Now that I've tackled faith, this might be an excellent time to get into my family heritage.
The Hughes part of my heritage emigrated from Northern Wales. My Grandfather Evan was the first generation of our direct line born in the U.S.
I had the wonderful fortune as a young man to spend two weeks hitch-hiking through Wales that culminated in spending the night in the local B & B in Llanarmon Dyffryn Ceiriog. My ride into town was the town butcher, Davey Jones (meat lockers). I spent a wonderful afternoon in the town pub, joining locals in watching the England vs Australia Cricket Test whilst quaffing halves of Brains Ale and savoring their famous scampi and chips. The local play by play jumped from English to Welsh frequently, sometimes mid-sentence. I still don't understand cricket.
The graveyard was crowded with memorials of Hughes' long gone and I glimpsed the old family homestead on the bus ride out of town.
Northern Wales remains rural and beautiful. Snow fed streams bisect heather covered hills dotted with rock outcroppings and sheep. Farmers in their wool caps ferry their animals to the livestock auction in Newtown where the cadence of the auctioneer's voice culminates in the slap of his crop on his clipboard. Shop keepers display their names above their doors; Jones, Morgan and Hughes predominate. The world economy was evident in citrus fruit from South Africa and lamb from New Zealand.
Celtic Knots have an ancient history that has much to do with an acknowledgment that there is an inter-connectedness in our lives. The Welsh seem particularly fond of using them in carvings. Welsh love spoons are worthy of a separate exploration at some other time.
I have recently adopted a Celtic knot theme on this site and in my other publications as a reminder to myself that common ground is not that hard to find, that we are connected in many ways. The balance of my Scotch-Irish-German-English Heritage virtually guarantees it.
My wife and I lend our voices to the contemporary music group at our church. We are currently attempting to master a song that is particularly challenging and very beautiful.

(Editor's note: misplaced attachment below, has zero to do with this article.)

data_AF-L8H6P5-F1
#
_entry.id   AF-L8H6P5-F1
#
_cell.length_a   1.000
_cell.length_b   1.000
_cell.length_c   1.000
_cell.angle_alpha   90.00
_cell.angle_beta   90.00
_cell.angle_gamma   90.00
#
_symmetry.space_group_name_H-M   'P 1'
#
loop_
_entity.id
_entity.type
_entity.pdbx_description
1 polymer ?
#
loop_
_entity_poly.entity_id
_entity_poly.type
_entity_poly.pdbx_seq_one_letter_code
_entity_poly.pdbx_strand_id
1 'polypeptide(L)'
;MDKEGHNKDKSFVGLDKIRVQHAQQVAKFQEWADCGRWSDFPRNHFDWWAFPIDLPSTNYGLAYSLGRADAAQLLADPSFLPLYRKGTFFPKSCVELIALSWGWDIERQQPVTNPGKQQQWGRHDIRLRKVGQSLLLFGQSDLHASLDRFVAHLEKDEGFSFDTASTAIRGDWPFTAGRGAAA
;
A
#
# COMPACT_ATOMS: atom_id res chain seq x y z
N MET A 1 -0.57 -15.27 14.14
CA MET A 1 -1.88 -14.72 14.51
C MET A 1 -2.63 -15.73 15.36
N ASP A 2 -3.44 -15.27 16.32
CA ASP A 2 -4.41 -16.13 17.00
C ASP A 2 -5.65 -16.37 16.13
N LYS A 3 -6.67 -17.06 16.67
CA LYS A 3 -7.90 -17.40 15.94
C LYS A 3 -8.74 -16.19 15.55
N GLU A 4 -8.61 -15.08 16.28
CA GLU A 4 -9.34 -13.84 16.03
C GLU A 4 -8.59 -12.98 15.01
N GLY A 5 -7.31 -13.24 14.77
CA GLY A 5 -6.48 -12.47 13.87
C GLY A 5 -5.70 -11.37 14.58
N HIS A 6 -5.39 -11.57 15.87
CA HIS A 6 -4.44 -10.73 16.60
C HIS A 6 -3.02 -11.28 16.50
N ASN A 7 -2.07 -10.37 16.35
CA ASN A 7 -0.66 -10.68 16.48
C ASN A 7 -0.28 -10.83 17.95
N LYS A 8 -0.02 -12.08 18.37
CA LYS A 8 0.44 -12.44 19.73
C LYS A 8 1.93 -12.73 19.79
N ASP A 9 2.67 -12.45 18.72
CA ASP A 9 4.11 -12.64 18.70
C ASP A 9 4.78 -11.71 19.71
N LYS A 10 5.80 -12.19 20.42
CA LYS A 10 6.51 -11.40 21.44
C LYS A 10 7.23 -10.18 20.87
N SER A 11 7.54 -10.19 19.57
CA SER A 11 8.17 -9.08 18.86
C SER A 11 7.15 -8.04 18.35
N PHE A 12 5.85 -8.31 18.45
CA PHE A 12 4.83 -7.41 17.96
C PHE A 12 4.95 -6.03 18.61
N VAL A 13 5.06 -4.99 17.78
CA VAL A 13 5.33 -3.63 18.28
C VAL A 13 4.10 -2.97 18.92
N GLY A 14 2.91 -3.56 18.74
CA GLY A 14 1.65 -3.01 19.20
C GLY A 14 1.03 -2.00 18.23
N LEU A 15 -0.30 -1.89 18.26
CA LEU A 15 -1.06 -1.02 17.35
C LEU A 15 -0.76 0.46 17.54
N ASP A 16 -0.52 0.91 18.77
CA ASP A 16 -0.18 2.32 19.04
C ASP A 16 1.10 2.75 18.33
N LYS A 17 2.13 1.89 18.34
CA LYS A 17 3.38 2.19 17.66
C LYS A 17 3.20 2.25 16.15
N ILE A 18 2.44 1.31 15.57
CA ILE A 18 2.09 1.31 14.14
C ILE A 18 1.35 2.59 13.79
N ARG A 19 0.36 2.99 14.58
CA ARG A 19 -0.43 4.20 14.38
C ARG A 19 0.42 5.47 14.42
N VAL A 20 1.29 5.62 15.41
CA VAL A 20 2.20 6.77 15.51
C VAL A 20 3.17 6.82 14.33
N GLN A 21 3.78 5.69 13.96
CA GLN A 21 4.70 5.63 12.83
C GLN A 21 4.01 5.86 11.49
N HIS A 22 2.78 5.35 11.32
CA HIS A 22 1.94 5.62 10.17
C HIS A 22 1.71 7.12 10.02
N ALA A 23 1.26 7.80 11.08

On a daily basis, fiduciaries work with clients and their families struggling with loss, dysfunction and death. Very early this morning the words and melody of our new song brought me fully awake and compelled me to write down these thoughts.
"Miracles just happen," announced not by heavenly trumpets but are small events realized in the moment as inspiration and answers to the questions you haven't yet articulated. Consider the times in your life when many things come together for absolutely no reason.
As I drive from appointment to appointment my "silent prayers get answers" readying me for the next challenge. I met just yesterday with the discharge planning nurses and a placement specialist at a local hospital. We quickly developed an appropriate solution to a challenging medical diagnosis and economic reality.
My faith is a choice, it's the comfortable old sweater that warms me when the chill of frustration and despair descends. It reminds me that judgment is not mine and is "the hope that doesn't ever end."
I don't often talk of faith and frequently fail to fully live it. Yesterday and today the words of a song brought me back to it.
Don the Trustee
When my mother passed very suddenly some 16 years ago, I worked as a trustee for the first time. Her trust contained walnut orchards, peach orchards and a small vineyard. One of the properties was within the sphere of influence of the adjacent city and I dove in with the neighbors and started working on annexation. Loved this work back then and still find it very satisfying today.